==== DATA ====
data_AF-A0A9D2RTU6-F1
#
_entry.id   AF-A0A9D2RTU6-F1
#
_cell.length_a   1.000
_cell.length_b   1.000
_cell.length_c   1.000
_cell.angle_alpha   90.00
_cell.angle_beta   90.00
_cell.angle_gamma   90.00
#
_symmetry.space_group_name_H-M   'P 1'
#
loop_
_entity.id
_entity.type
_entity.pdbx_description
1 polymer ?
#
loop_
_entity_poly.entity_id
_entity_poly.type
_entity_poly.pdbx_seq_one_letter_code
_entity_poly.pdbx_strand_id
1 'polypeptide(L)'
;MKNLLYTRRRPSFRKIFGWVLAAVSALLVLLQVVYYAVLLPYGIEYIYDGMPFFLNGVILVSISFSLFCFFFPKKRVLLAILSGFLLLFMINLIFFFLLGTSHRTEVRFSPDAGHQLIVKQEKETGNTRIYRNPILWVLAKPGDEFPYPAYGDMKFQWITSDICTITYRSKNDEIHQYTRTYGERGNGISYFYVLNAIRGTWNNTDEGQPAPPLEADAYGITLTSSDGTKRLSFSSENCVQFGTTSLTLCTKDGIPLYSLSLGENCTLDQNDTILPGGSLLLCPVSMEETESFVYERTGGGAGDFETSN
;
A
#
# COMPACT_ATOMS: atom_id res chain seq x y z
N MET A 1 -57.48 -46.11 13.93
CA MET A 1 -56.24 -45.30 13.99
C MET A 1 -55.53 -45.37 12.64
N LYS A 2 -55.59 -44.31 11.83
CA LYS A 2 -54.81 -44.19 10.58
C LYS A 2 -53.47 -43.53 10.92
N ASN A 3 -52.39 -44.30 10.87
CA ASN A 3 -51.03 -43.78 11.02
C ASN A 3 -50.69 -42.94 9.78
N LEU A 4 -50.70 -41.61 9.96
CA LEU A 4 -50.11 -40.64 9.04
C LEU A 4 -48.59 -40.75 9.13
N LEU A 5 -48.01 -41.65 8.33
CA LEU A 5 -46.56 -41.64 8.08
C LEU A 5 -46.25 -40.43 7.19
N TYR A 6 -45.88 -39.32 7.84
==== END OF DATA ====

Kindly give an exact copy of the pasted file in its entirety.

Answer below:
data_AF-A0A9D2RTU6-F1
#
_entry.id   AF-A0A9D2RTU6-F1
#
_cell.length_a   1.000
_cell.length_b   1.000
_cell.length_c   1.000
_cell.angle_alpha   90.00
_cell.angle_beta   90.00
_cell.angle_gamma   90.00
#
_symmetry.space_group_name_H-M   'P 1'
#
loop_
_entity.id
_entity.type
_entity.pdbx_description
1 polymer ?
#
loop_
_entity_poly.entity_id
_entity_poly.type
_entity_poly.pdbx_seq_one_letter_code
_entity_poly.pdbx_strand_id
1 'polypeptide(L)'
;MKNLLYTRRRPSFRKIFGWVLAAVSALLVLLQVVYYAVLLPYGIEYIYDGMPFFLNGVILVSISFSLFCFFFPKKRVLLAILSGFLLLFMINLIFFFLLGTSHRTEVRFSPDAGHQLIVKQEKETGNTRIYRNPILWVLAKPGDEFPYPAYGDMKFQWITSDICTITYRSKNDEIHQYTRTYGERGNGISYFYVLNAIRGTWNNTDEGQPAPPLEADAYGITLTSSDGTKRLSFSSENCVQFGTTSLTLCTKDGIPLYSLSLGENCTLDQNDTILPGGSLLLCPVSMEETESFVYERTGGGAGDFETSN
;
A
#
# COMPACT_ATOMS: atom_id res chain seq x y z
N MET A 1 -57.48 -46.11 13.93
CA MET A 1 -56.24 -45.30 13.99
C MET A 1 -55.53 -45.37 12.64
N LYS A 2 -55.59 -44.31 11.83
CA LYS A 2 -54.81 -44.19 10.58
C LYS A 2 -53.47 -43.53 10.92
N ASN A 3 -52.39 -44.30 10.87
CA ASN A 3 -51.03 -43.78 11.02
C ASN A 3 -50.69 -42.94 9.78
N LEU A 4 -50.70 -41.61 9.96
CA LEU A 4 -50.11 -40.64 9.04
C LEU A 4 -48.59 -40.75 9.13
N LEU A 5 -48.01 -41.65 8.33
CA LEU A 5 -46.56 -41.64 8.08
C LEU A 5 -46.25 -40.43 7.19
N TYR A 6 -45.88 -39.32 7.84